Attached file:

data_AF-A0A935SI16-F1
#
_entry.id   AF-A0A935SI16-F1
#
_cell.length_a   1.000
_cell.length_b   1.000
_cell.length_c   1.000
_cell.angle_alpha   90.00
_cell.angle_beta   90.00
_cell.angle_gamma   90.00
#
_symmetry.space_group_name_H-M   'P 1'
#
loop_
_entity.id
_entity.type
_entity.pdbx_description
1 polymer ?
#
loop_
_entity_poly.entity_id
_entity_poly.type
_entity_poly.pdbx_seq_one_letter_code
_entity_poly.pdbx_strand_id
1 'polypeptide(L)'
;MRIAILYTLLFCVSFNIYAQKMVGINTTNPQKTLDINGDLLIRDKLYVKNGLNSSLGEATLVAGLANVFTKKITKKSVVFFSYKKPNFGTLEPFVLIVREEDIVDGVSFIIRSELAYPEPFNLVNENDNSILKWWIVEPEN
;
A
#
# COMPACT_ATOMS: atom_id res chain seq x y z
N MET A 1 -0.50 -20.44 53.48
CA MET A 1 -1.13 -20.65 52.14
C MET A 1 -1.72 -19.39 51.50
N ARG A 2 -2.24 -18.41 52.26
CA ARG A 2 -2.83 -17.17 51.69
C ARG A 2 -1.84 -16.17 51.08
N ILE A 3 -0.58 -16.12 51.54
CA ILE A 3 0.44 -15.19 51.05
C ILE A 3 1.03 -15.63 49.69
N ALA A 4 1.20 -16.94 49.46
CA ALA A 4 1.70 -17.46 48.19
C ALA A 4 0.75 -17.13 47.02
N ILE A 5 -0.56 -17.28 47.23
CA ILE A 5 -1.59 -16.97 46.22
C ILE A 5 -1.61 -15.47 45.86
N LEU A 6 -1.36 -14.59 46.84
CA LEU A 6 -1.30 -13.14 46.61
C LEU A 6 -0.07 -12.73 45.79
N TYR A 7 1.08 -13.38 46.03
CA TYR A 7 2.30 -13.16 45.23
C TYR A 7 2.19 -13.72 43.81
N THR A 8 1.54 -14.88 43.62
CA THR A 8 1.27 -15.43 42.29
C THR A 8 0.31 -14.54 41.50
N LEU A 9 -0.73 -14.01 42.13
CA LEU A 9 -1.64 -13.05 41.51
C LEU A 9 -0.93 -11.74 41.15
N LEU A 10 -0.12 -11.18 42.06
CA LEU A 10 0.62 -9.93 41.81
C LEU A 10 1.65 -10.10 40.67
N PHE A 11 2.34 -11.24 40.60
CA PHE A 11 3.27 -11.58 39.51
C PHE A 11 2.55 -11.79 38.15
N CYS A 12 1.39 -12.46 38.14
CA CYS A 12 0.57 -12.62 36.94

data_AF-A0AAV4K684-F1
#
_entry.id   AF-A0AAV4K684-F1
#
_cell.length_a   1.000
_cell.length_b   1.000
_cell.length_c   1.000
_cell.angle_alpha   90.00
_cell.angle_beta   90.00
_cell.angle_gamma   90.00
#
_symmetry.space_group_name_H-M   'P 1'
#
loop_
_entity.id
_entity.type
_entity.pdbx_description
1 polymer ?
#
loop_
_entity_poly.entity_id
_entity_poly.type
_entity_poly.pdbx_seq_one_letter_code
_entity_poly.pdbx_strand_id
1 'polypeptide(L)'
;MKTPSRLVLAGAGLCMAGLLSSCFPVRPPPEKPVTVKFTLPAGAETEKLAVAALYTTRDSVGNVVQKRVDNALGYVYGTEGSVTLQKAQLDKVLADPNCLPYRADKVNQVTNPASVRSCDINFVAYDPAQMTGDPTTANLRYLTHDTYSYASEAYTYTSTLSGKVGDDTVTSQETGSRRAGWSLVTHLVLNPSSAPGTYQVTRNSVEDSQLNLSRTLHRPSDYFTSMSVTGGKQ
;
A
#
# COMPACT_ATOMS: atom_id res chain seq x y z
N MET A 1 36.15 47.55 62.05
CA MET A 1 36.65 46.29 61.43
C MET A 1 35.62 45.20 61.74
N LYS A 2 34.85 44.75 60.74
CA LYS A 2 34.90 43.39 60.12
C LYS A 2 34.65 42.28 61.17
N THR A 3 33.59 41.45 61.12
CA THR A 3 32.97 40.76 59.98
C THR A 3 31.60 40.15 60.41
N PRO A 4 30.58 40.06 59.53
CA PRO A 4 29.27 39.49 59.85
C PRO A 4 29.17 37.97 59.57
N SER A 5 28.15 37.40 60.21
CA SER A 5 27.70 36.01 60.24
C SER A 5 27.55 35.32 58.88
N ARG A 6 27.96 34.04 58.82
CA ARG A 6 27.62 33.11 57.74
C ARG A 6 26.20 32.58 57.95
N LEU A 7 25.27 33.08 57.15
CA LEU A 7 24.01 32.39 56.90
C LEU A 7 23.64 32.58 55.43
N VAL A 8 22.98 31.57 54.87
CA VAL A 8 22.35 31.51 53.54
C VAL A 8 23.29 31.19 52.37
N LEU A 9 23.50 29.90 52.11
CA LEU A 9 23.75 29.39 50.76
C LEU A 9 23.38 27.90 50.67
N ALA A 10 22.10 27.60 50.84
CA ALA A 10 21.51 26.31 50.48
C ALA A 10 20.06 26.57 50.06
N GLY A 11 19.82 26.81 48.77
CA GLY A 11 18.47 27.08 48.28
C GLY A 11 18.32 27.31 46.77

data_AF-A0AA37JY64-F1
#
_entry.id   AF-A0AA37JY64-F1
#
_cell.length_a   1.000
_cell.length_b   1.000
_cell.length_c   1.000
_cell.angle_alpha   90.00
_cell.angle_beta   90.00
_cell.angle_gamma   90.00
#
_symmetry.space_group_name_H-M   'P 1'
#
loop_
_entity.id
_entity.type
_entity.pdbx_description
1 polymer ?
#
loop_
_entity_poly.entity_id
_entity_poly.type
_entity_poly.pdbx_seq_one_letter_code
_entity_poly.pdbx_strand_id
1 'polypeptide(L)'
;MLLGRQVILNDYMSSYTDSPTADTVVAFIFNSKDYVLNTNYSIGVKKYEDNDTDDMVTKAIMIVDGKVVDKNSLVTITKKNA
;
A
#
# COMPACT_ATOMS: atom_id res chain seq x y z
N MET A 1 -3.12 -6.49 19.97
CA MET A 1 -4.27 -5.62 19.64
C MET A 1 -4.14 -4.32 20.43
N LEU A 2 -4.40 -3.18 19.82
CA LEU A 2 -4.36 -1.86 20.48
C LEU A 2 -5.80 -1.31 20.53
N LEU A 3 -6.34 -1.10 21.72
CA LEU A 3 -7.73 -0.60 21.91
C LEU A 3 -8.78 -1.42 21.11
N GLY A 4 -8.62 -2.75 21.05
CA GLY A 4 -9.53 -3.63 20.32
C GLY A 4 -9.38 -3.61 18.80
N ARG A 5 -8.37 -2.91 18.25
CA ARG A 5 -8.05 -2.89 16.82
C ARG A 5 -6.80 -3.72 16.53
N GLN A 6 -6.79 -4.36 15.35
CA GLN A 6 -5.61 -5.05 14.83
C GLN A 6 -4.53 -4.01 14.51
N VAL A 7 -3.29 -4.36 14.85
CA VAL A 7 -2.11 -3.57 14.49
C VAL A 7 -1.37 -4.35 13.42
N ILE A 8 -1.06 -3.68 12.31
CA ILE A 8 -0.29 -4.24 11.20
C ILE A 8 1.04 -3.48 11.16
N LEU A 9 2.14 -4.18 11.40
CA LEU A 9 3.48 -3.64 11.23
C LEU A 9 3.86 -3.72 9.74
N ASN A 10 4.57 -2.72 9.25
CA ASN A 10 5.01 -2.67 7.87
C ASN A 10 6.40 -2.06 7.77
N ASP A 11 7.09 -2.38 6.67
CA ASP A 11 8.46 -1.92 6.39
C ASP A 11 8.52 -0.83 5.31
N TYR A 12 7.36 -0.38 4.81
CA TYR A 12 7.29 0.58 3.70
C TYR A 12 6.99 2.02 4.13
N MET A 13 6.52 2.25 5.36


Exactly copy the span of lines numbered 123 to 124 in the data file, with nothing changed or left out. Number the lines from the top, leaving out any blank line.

N ALA A 10 22.10 27.60 50.84
CA ALA A 10 21.51 26.31 50.48